The weekend cold snap temporarily closed freeways, caused a small power outage and made farmers work all night - but the effects were mostly limited. Homeless shelters saw an increase in demand, but there were no weather-related deaths in Los Angeles County on Friday or Saturday nights, according to officials.
As the cold continues, Southern California Gas is asking residents to conserve energy, saying demand for natural gas is currently outstripping supply. The company is tapping into its underground reserves.
"These facilities hold reserve supplies that are invaluable in helping meet the demand in times of heavy demand," Mendoza said. "Residents can do a lot to help those reserve stocks last."
He recommended bundling up, lowering thermostats by 3-5 degrees if your health permits and using less hot water. Mendoza said the last time the region’s natural gas stock was dwindling was in 2011.
The Gold Line was shut down for several hours Saturday due to a power outage in affecting more than 200 customers in South Pasadena. And a portion of the I-5 known as the Grapevine was closed for a few hours Saturday near Castaic, but was reopened in the afternoon.
Saturday's 4-inch plus snowfall made one group happy: skiers and snowboarders. At Big Bear mountain, chains were required on all vehicles this weekend.
Central valley farmers were not so pleased. Temperatures in the San Joaquin valley dropped into the 20s on Saturday night. California Citrus Mutual, a citrus growers association, reported some damage to mandarin crops Saturday night.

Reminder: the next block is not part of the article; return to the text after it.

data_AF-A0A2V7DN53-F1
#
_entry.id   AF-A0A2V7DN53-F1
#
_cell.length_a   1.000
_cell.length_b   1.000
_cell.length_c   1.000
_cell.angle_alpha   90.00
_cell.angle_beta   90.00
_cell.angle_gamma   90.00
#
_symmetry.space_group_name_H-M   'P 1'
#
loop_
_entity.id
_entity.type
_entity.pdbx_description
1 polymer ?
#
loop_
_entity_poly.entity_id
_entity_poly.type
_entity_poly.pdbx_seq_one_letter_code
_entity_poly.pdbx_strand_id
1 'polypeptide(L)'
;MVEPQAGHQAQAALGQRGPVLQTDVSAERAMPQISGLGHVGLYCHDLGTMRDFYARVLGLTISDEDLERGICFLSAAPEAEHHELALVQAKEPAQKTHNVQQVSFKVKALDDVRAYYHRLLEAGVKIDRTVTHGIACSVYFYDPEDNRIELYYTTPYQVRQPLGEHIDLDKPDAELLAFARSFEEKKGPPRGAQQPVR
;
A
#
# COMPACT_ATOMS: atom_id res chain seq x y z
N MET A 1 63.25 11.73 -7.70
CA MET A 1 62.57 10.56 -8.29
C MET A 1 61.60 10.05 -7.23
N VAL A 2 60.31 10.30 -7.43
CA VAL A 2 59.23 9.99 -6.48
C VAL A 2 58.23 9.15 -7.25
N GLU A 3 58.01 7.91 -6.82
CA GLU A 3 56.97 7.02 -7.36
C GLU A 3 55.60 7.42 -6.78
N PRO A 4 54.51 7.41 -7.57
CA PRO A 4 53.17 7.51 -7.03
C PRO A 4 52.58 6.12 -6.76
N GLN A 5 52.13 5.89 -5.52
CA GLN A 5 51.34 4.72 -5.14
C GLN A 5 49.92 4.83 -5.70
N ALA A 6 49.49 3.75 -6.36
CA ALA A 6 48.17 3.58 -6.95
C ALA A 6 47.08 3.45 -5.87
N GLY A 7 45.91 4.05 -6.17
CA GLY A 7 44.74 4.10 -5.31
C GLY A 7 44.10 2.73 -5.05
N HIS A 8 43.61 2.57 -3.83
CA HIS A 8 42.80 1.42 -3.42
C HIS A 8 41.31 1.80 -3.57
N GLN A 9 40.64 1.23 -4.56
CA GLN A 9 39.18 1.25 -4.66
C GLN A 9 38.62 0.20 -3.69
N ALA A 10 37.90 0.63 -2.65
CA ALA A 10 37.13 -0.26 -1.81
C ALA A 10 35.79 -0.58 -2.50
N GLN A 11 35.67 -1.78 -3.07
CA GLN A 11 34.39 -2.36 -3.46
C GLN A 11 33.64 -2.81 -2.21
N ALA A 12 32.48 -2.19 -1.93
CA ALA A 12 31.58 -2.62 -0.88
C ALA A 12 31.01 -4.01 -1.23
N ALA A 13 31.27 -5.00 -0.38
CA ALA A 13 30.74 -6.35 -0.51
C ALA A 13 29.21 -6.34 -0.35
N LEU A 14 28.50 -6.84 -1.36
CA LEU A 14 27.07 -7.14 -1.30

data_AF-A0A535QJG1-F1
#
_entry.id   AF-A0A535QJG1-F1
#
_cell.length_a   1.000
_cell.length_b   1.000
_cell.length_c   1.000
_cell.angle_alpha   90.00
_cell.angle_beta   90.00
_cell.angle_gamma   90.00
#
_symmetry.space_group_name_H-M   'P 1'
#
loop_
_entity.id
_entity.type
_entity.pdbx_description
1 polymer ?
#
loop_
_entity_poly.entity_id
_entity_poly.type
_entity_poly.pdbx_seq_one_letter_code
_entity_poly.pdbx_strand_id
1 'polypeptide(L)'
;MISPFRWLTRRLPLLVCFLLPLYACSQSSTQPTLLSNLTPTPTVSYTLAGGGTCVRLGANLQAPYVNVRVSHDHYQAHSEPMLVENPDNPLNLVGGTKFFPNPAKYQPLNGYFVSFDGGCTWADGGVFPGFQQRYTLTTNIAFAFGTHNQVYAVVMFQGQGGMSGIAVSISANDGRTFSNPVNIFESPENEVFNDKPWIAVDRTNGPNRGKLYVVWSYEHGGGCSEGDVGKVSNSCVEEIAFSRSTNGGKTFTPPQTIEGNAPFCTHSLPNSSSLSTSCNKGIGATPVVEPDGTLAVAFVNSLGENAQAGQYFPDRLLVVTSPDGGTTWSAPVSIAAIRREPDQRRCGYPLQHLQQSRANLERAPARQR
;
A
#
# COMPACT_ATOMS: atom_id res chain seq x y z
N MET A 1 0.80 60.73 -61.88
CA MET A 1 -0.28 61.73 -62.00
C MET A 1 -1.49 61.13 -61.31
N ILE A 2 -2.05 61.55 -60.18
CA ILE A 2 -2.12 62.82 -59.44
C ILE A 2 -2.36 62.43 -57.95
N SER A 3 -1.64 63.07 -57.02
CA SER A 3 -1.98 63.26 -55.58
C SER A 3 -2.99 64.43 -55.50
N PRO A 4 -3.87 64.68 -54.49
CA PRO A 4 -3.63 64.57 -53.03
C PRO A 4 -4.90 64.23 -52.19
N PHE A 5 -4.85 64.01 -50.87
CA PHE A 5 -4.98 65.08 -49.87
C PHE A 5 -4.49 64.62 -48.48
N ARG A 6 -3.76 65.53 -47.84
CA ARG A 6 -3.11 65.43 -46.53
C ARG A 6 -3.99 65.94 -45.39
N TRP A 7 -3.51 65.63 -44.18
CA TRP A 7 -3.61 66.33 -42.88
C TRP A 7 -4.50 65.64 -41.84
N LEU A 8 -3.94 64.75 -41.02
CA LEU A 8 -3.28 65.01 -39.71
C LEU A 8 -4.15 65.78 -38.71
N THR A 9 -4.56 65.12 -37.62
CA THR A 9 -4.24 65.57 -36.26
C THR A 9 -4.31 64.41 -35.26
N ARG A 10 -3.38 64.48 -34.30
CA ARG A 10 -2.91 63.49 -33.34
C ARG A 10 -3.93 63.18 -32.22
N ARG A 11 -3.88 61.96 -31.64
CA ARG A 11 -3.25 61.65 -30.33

One of the coldest spots in the state last night was in West Lindsey in Tulare County, where temperatures bottomed out at 21.5 degrees but mostly stayed in the mid- to high-20s - better than anticipated. Temperatures in the low 20s cause the ground to freeze. Even just a few hours of a ground freeze can cause severe damage to crops and can delay harvesting.
"We had some high cloudiness move into the area from the west, and that kept temperatures ...from dropping as low as they would have dropped," Tom Dunkley of California Citrus Mutual said in a recorded message to farmers.
Ventura county avocado grower Ed McFadden said he still worked hard most of the night. At 9:30 p.m. last night, an alarm set to alert him to freezing temperatures went off for one portion of his fields. He spent the next five hours rigging up and starting his wind and water irrigation machines to get a little warmth to the growing avocados.
He caught two hours of sleep and then was up again at 5am to recheck the crops. McFadden said his last four nights have passed this way.
McFadden, also the chariman of the California Avocado Commission, said last night was not a "disastrous freeze," but that "there were a few cold pockets where people had some damage."